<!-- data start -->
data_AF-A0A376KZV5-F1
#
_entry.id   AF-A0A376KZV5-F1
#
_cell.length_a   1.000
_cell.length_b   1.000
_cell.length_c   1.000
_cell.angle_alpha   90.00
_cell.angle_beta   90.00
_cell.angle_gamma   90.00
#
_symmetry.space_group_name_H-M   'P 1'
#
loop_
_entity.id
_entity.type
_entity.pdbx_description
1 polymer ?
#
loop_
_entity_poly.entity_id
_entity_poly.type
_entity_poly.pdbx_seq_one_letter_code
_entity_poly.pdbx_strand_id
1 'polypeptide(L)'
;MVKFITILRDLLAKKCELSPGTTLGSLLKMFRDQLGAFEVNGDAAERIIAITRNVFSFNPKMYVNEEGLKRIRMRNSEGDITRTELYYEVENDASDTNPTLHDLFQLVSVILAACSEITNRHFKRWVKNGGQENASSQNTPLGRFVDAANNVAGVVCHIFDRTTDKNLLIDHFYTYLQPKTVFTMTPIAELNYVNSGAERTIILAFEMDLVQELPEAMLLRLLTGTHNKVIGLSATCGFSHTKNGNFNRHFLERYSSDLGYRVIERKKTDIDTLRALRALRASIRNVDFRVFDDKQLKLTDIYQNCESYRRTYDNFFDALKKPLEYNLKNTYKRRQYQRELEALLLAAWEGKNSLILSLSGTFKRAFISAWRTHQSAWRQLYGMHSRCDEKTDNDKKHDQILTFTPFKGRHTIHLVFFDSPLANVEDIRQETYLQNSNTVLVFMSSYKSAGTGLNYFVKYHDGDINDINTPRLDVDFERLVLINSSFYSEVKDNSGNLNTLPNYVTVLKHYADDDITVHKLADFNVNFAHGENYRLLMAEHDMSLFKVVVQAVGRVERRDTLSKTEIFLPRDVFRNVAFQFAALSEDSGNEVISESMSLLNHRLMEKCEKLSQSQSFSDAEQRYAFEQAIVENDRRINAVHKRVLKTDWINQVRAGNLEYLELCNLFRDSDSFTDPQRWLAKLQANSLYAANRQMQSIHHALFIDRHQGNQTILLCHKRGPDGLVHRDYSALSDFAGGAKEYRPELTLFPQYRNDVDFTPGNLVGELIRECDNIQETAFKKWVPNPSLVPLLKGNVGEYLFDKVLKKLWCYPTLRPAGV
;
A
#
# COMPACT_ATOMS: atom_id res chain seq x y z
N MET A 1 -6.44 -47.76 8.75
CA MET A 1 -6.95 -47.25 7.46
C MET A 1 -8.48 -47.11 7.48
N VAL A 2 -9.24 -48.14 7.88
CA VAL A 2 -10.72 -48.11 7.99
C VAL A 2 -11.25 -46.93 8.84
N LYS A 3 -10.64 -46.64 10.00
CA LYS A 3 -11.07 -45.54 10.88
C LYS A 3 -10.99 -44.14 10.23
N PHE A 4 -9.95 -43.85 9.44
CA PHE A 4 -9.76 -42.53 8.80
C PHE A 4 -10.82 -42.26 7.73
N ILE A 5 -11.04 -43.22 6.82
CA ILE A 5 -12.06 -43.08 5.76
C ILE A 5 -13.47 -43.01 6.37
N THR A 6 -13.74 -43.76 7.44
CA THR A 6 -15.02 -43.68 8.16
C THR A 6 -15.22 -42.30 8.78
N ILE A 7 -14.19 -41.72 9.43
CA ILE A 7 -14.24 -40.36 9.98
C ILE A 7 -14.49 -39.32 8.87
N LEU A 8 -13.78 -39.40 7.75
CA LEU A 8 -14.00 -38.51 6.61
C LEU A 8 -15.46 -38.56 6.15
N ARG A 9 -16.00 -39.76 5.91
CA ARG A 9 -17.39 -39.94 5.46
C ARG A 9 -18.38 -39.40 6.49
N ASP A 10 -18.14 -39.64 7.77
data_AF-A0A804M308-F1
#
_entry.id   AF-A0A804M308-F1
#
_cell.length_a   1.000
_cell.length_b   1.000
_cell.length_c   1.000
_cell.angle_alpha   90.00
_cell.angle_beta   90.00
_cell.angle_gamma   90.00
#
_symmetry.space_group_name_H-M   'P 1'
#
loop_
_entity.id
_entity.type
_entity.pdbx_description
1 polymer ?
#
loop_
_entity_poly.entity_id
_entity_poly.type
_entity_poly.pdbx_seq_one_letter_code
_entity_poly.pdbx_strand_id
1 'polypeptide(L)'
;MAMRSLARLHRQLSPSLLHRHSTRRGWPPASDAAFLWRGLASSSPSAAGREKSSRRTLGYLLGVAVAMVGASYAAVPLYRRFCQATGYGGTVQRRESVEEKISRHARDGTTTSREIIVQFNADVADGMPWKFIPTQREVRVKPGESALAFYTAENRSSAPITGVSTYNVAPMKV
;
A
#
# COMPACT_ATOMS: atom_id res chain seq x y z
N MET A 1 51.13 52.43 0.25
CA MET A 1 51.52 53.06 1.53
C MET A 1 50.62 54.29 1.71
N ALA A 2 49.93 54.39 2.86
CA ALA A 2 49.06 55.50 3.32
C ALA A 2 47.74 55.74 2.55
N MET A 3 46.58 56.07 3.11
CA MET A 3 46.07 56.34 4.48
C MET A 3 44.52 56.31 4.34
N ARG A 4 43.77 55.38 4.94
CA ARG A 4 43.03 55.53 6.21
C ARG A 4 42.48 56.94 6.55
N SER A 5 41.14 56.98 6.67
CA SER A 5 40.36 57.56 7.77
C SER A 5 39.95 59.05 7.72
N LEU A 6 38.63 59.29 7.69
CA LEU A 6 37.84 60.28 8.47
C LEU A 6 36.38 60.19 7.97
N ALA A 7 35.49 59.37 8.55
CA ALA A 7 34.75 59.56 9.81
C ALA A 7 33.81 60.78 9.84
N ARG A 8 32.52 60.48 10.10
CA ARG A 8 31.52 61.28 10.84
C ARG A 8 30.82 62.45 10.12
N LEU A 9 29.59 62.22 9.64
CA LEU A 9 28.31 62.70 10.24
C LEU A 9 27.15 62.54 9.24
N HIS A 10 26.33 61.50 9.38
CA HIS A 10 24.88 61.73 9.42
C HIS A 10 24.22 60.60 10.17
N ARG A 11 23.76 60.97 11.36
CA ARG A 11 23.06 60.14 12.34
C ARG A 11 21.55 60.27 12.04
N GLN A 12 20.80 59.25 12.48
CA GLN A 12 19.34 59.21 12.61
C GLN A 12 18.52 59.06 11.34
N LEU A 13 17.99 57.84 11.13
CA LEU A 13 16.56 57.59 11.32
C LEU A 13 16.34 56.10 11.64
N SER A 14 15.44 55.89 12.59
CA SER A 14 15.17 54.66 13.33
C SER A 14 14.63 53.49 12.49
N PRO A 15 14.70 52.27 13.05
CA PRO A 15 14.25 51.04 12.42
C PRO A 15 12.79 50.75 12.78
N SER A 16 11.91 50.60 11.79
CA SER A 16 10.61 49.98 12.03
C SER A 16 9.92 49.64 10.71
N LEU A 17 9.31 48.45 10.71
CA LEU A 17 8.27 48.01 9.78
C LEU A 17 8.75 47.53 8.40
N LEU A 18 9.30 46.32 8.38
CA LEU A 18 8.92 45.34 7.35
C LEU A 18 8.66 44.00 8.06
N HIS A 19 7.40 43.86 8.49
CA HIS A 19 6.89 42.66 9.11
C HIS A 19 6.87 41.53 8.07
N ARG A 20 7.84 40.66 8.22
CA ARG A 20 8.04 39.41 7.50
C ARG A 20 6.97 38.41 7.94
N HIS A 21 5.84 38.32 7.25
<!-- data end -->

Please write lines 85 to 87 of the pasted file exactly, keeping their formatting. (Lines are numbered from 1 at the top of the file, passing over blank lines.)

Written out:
;
A
#